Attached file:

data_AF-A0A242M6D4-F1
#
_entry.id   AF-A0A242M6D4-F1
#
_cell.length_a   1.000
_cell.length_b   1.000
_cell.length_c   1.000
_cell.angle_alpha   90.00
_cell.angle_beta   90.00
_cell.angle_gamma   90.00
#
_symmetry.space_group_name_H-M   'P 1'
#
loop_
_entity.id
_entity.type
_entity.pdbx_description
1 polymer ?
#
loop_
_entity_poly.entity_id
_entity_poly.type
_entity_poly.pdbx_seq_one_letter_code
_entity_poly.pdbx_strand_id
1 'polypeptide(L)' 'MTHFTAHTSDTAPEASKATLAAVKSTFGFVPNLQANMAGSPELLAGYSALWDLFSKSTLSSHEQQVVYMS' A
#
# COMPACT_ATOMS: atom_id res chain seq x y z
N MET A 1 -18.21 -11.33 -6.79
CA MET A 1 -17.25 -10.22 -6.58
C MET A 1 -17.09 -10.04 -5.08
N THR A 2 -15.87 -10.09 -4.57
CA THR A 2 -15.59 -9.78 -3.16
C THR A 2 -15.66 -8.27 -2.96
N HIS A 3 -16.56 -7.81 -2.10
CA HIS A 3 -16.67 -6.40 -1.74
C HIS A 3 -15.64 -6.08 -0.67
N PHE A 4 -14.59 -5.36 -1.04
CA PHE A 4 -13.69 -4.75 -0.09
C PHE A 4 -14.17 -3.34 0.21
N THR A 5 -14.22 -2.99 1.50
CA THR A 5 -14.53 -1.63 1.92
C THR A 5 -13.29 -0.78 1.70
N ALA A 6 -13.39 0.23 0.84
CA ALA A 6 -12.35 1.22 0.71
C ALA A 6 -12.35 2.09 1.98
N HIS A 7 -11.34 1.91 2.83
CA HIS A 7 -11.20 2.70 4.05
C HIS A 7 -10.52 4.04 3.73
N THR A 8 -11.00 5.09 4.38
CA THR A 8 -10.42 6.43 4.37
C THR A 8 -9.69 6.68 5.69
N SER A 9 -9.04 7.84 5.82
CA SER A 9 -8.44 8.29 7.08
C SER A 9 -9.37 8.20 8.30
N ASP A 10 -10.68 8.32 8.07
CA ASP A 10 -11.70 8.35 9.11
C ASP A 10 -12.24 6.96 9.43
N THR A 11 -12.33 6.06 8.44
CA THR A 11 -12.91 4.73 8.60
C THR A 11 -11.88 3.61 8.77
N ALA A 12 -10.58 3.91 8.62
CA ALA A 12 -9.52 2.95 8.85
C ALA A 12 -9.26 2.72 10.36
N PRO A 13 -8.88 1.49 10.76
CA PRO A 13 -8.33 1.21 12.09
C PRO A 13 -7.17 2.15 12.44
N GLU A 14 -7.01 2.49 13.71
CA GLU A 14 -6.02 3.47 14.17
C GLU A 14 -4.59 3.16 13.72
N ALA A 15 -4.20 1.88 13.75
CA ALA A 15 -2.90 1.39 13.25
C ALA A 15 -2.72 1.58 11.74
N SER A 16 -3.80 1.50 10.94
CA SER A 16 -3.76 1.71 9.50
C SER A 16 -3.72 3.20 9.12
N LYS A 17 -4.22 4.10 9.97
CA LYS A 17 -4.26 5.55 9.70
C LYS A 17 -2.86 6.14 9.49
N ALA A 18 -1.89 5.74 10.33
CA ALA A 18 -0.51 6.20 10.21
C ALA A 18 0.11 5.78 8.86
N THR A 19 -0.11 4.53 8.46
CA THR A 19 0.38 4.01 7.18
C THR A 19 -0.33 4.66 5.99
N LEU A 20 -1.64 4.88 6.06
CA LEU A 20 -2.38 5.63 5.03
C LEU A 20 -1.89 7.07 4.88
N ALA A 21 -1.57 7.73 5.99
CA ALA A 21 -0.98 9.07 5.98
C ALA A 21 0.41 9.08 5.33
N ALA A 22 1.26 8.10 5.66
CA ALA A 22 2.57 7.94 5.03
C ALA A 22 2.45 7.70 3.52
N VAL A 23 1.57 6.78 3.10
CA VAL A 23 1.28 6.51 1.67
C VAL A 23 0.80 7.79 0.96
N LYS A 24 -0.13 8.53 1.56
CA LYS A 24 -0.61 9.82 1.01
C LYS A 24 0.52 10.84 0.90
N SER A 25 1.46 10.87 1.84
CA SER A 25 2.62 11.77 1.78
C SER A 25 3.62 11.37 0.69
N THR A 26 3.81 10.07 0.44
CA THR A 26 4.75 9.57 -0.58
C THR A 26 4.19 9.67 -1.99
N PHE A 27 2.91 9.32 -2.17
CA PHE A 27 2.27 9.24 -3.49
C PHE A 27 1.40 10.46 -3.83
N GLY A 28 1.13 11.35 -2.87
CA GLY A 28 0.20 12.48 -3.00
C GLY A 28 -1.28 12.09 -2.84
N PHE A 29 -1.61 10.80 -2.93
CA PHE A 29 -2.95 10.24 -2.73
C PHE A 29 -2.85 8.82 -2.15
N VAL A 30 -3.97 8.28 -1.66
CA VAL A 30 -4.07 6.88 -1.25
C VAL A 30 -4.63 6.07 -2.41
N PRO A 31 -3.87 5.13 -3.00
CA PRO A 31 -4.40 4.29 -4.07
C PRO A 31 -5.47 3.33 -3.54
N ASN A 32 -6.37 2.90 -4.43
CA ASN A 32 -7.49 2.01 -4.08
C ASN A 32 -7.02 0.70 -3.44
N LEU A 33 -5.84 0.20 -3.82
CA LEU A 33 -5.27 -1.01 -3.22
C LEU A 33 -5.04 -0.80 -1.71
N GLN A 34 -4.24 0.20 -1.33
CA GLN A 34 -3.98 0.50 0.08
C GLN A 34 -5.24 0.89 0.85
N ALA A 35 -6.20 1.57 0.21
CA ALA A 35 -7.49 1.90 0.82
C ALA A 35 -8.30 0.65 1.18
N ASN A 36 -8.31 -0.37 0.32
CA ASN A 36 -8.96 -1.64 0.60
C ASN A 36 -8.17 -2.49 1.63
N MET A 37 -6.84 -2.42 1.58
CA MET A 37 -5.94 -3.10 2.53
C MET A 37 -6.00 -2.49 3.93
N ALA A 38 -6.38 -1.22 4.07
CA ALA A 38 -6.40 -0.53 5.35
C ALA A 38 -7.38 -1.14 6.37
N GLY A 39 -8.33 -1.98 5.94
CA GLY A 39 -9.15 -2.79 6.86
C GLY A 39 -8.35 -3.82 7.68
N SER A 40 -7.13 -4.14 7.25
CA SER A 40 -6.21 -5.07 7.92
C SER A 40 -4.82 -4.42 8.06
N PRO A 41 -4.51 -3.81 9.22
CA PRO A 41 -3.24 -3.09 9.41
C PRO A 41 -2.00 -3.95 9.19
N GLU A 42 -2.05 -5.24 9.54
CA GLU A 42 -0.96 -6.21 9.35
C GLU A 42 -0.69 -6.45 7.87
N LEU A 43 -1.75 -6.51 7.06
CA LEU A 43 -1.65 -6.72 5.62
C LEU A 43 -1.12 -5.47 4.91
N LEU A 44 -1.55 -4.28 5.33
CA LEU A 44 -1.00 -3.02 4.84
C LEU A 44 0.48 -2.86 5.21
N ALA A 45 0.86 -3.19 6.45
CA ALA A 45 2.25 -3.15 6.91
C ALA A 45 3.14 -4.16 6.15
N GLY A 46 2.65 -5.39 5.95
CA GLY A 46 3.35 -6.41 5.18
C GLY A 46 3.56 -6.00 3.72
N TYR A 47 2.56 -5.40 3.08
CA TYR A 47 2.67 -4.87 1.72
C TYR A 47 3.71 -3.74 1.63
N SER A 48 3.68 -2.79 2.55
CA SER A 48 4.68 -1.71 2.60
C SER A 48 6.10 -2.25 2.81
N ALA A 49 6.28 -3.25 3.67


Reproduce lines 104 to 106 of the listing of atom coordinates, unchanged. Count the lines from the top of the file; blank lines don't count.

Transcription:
CA THR A 26 4.75 9.57 -0.58
C THR A 26 4.19 9.67 -1.99
N PHE A 27 2.91 9.32 -2.17